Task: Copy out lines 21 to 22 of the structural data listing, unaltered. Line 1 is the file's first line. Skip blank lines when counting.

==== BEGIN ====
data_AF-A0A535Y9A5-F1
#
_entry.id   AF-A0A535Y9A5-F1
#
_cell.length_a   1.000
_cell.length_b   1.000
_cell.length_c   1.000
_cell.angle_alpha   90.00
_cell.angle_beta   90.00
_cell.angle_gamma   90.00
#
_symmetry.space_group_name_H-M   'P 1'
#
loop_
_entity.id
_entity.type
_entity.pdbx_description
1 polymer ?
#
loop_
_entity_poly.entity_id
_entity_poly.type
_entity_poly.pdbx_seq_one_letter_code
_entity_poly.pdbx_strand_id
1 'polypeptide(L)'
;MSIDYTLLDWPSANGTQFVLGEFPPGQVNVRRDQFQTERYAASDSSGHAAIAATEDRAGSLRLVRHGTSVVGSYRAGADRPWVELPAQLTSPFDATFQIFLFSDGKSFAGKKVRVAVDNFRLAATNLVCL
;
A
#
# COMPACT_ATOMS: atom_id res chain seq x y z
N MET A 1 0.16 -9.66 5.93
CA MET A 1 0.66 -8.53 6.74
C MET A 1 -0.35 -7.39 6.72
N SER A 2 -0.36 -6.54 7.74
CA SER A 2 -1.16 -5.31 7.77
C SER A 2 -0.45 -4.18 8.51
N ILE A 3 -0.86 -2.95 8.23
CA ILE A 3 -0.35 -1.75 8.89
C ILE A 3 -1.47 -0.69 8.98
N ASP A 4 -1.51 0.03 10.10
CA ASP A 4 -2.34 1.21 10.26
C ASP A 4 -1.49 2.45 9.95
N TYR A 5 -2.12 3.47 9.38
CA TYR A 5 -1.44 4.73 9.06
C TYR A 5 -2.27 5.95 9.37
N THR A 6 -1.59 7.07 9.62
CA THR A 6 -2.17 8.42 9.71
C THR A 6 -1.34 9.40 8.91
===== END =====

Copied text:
_entity_poly.entity_id
_entity_poly.type